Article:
Given how much of life revolved around my brother, and how worried my family constantly was about him, I also had an innate understanding that I had to be the Easy Child. Again, no one ever said it to me directly—but I felt in my bones that I had to get good grades, stay out of trouble, and avoid adding to the already very high stress level of our house.
If I ever felt an inkling of anger or jealousy bubbling up, I immediately quashed it and instead felt consumed by guilt. How could I be jealous of my disabled brother? What kind of a person would be resentful of a sibling with autism? Not one that I wanted to be, that was for sure.
Then, in high school, an incredible opportunity was presented to me that changed the course of my sibling experience. My brother had been receiving therapy services at a local clinic, and one of the clinicians mentioned to my mom that they had a lot of parents looking for resources for siblings at home who might also be struggling.
Knowing that I loved to write—and was looking for a good community service project to help with my college applications!—my mom asked if me if I might want to help them out by putting together a little picture book about my experience growing up with Billy.
And thus, Billy’s Sister was born. I teamed up with a friend who liked to draw, and worked with the clinic therapists to flesh out what aspects of my sibling story might be most helpful. Together, we created something that remains one of the only books of its kind: an illustrated children’s book that talks about ALL aspects of sibling life—even the tough stuff.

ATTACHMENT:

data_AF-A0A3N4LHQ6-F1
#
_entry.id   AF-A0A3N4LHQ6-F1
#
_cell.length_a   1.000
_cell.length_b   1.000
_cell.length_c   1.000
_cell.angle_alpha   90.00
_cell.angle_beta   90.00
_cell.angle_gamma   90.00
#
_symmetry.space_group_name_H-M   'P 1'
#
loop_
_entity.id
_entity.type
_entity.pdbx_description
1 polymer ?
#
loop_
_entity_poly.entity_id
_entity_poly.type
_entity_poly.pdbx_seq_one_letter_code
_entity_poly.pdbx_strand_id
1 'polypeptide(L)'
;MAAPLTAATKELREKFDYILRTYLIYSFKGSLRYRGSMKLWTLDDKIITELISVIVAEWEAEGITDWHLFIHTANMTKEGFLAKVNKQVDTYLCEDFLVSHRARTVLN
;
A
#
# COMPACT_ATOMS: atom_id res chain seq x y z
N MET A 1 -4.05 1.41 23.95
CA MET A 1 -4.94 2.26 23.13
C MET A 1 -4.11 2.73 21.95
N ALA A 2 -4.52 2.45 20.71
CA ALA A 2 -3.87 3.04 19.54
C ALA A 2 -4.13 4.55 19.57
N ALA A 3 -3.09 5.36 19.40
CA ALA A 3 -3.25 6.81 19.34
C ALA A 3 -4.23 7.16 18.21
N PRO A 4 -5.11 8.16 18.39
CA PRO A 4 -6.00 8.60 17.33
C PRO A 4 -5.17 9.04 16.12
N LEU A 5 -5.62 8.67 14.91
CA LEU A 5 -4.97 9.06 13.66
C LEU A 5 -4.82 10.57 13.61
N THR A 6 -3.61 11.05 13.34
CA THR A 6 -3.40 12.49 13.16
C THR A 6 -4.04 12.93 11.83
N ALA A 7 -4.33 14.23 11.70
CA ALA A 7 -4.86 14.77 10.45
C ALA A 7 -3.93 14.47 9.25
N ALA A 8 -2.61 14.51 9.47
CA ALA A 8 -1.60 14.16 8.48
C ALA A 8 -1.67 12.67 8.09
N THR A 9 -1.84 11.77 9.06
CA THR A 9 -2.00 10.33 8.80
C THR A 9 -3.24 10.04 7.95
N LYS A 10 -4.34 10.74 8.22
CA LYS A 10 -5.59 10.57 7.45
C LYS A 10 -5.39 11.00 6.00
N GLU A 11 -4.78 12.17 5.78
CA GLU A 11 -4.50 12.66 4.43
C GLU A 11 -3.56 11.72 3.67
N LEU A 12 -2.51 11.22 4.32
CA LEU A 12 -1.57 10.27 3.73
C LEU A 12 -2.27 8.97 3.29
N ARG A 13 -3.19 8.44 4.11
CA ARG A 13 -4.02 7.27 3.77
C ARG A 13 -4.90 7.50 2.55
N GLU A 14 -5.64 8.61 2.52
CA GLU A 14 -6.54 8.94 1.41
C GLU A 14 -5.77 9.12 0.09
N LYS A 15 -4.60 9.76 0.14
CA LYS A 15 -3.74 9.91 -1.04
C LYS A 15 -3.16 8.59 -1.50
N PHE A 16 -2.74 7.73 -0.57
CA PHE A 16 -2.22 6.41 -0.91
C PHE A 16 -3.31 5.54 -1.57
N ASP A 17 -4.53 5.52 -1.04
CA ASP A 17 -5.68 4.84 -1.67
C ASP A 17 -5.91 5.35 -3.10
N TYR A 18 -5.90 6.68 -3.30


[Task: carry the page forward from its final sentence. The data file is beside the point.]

In the process of writing it, I also uncovered some of the truths written in the book for MYSELF for the first time. Never before had it occurred to me to say, you know what? Yeah, Billy gets special treatment sometimes, and it sort of sucks. Now, not only was I given permission to say that out loud, but I was encouraged to share it with other kids in order to help them validate and process their own feelings. Truly, the process was life-changing.
At first, we simply had the book bound at Kinko’s, and made a few copies for the clinic, as well as some extras for family and friends. After that, I went away to college (and yes, I think it did help with my applications!) and for years, the book project faded to a mere memory of a fun family project.
Then, in 2019, I thought of it again one day, and decided to do a quick Google search. Surely, there were other children’s books for siblings by now, right???
Astonishingly, I discovered that resources for siblings—especially young siblings—were still few and far between. Though a handful of similar-seeming books were available, I didn’t feel like any of them resonated with my experience—or dealt as openly with the “tough stuff”.